The tribes of Sarawak need all the community they can get to overcome the recent challenges they've faced. As you'll see some are handling the difficulties better than others, but there is true beauty in the sacrifices made for a better tomorrow.
Watch this episode on the Travel Channel this Tuesday night at 10.
Do you believe in Monsters? How about demons? In the Visayas, a series of islands in central Philippines, plenty of people do. They can even point to real life cases.
In this episode of Road Less Traveled I took a dark dive into investigative journalism. A school was afflicted with a case of mass demon possession. Kids howled and fought with the strength of adults. Not far off a village was allegedly attacked by a Filipino vampire called a manananggal, a beast that rips in half at night when it looks for blood and flesh. A child was found dead and another man was ambushed on a road in the middle of the night.
A lot of shows on TV which deal with the supernatural feel so hokey I can't help but believe they are simply pandering to the audience. What you'll witness on this episode was completely raw and organic. I got a tip and pursued the story. I struggled for days trying to put the pieces together. The resolution of one case was more complex and fantastic than could be imagined. The resolution of the other was muddled and troubling.
What do you think of these tales? What did you see?
Watch this episode on the Travel Channel this Saturday at 9PM in Europe, Africa, and the Middle East.
"Why is everyone in a tizzy?" I asked my new boxing trainer.
"Because Manny is coming," he said.
Meeting famous Filipino boxer Manny Pacquiao was certainly a highlight of our first episode in the Philippines, and, as many things on our show, it was completely unexpected. His arrival was like the return of the king. Eyes lit up, the vibration on the streets buzzed, and people fawned to be near him. Hell, even I felt a little tongue tied when we chatted through the ropes.
A very different kind of tension hummed as I entered the so called "slum" of Tondo. I walked through a gate to descend. A creeping fear ran through my head that it might lock from the inside, sealing me into the neighborhood.
As I entered eyes peered from all kinds of angles amidst the dilapidated alleyways. I could feel people watching. Middle-class conditioning took the stage of my mind and performed a monologue: "This is a place to fear. You can't trust these people."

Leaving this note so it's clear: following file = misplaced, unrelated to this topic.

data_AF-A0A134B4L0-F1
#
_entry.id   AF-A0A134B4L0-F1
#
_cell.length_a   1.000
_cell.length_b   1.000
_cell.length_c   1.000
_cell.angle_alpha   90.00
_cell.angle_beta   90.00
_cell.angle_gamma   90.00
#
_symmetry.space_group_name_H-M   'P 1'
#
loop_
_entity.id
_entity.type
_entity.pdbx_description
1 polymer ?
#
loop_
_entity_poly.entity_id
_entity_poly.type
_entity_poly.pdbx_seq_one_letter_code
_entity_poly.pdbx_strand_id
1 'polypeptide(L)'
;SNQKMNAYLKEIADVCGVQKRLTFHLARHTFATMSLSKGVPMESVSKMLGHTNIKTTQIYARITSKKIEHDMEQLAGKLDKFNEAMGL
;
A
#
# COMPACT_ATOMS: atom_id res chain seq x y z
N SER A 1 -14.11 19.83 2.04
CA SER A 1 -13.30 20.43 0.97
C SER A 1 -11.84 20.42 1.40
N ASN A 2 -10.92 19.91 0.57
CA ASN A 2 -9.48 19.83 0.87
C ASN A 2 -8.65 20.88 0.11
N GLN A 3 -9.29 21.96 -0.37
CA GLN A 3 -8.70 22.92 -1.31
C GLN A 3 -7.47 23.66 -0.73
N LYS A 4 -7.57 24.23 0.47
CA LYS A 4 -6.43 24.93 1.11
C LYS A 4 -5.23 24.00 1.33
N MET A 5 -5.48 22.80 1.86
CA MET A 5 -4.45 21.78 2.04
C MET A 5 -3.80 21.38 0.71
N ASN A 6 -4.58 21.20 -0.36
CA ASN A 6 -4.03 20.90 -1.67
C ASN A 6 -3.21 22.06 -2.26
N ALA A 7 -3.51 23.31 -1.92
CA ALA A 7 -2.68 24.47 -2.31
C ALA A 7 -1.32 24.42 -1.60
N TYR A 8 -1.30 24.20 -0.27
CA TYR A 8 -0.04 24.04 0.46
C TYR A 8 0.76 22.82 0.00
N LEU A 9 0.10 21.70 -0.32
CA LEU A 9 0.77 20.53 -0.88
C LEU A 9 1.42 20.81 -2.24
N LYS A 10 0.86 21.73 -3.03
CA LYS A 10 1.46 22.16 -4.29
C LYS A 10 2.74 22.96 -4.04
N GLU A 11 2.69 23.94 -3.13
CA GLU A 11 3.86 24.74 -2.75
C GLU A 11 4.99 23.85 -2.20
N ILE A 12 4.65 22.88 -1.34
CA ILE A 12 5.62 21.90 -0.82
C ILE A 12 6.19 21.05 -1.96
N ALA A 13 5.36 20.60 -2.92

Some adults came out of a doorway and approached. They offered to show me around. I looked up to my crew, cautiously filming from the freeway above, and called them down. I admit, sheepishly, that I hoped I hadn't summoned them into a trap.
Why does our species have this propensity to create the "other"? The people in that neighborhood, in that country, across the tracks, with that accent, or with that skin color are distinct from us.
Recently I took a small vacation to the Hawaiian island of Kauai. A good friend picked me up from the airport. He’s a kind hearted, open-minded guy. He cautioned me almost immediately about the locals, warning that their disdain for invasive mainlanders could manifest in violent ways. Although his intentions were good, my mind created a separate folder labeled "locals." Anyone in that category would now have the stigma of danger.
Days later I walked, bleary eyed, into a supermarket looking for a coffee stand. A big and strong local cruised by holding a large coffee cup in his hand.
"Hey man," I said, "did you get that coffee in here?"
The guy's rugged face broke into the warmest smile I'd seen on the island.
"Yeah bro, you can get it over there at that counter."
This was an alpha male of the dangerous “other” tribe affably directing me to my nearest caffeine fix. Not so scary after all.
How can we surmount this divisive way of thinking? The answer is to travel. Not all-inclusive, stay in the resort type travel, but get out and meet the people travel. As I mentioned in a speech I would give later in the Philippines, travel is not about the distance you go or the budget you have to spend. It is simply the act of having unique experiences with people different than you. actually, travel is about having unique experiences with people whom you perceived to be different than you. What we inevitably discover is that there is very little which separates us.
We all love something and fear something. We all want to belong. We all worry about the future. We're essentially the same consciousness spread over the globe, born into different circumstances, with different bodies and brains, from no effort of our own. Some were conceived in Peoria, Illinois and some in Tondo, Manila.
Watch this episode on the Travel Channel this Saturday at 9PM
I'm Jonathan Legg
The road has been my greatest teacher.. challenging stagnant beliefs, disarming prejudices, and developing understanding of others. I hope the content on this blog will bring a sliver of that juju to you.